THE managing director of a Cupar fabrication firm who comes from a family of country blacksmiths has published a book of ‘Couthie Poems’ to raise money for Cancer Research.
Jim Mudie of Gray Fabrications has drawn heavily on his own life experiences to write the poems, some of which are funny, some observational and others deeply moving.
Though he’s long since swapped the anvil for a computer, his roots lie firmly in the Angus countryside and he maintains strong links with the area despite having left his home town of Forfar aged just six.
The book even includes a section written in the doric peculiar to Forfarshire, where Jim’s family made their living as blacksmiths.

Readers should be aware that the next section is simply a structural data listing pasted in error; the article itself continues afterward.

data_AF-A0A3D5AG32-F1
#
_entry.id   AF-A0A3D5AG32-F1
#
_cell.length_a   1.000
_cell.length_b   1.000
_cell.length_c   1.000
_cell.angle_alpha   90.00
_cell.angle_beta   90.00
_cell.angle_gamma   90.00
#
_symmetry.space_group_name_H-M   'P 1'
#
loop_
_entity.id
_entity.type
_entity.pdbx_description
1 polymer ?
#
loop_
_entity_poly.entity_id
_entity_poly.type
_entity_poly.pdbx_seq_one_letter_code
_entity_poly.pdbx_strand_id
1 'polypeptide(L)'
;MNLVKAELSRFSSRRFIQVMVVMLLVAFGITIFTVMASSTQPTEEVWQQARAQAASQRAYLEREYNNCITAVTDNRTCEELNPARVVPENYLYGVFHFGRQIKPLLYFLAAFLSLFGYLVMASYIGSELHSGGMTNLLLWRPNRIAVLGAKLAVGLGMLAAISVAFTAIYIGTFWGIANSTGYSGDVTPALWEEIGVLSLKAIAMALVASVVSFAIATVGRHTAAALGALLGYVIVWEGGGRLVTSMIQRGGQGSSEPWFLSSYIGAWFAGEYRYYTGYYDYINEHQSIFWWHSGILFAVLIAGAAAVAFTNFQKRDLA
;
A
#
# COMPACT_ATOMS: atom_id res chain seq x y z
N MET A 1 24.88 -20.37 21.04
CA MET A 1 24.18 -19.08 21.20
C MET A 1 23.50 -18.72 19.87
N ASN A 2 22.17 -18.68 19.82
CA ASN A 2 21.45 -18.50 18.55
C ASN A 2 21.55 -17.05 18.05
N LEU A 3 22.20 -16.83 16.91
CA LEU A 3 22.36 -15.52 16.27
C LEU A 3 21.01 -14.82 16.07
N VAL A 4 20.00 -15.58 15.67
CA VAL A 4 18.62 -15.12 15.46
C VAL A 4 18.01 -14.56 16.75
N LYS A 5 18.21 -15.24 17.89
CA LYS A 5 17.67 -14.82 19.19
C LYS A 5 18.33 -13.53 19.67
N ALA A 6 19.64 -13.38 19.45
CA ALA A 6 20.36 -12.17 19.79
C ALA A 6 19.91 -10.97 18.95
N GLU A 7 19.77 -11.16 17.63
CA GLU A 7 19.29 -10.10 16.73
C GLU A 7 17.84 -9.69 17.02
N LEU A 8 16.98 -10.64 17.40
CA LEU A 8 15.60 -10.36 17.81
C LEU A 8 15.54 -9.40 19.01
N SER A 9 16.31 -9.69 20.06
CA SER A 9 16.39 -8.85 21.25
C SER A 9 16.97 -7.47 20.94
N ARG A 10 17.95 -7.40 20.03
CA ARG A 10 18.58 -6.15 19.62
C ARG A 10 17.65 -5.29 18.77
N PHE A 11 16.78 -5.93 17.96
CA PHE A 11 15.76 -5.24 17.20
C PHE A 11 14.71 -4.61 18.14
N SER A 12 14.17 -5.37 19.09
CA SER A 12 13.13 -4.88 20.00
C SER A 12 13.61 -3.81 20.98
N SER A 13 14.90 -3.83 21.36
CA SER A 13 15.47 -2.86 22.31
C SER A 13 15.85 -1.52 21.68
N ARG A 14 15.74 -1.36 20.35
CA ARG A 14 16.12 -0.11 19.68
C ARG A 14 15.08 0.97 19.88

Jim served his apprenticeship at a smithy in Cupar and did his national service as a blacksmith with the REME in Benghazi, Libya, then worked in Africa for several years before returning to Cupar.
‘Couthie Poems’ is dedicated to Jim’s daughter Louise, who died in South Africa at the age of 36 of a diabetes-related illness.
She has inspired the first poem in the book, called simply ‘Louise’, while his wife Pat, a lollipop lady in Cupar for almost 30 years, inspired many of the others. Even his workmates at Gray Fabrication have provided ideas for his verse.
In writing ‘Couthie Poems’, Jim is following in the footsteps of his Uncle Will, a blacksmith who turned to writing poetry following the death from cancer of his beloved wife Janet.
While Will sold his books of poems door-to-door to raise money for Cancer Research, Jim’s book is on sale, priced £5, in Cancer Research UK shops, including the branch in South Street, St Andrews.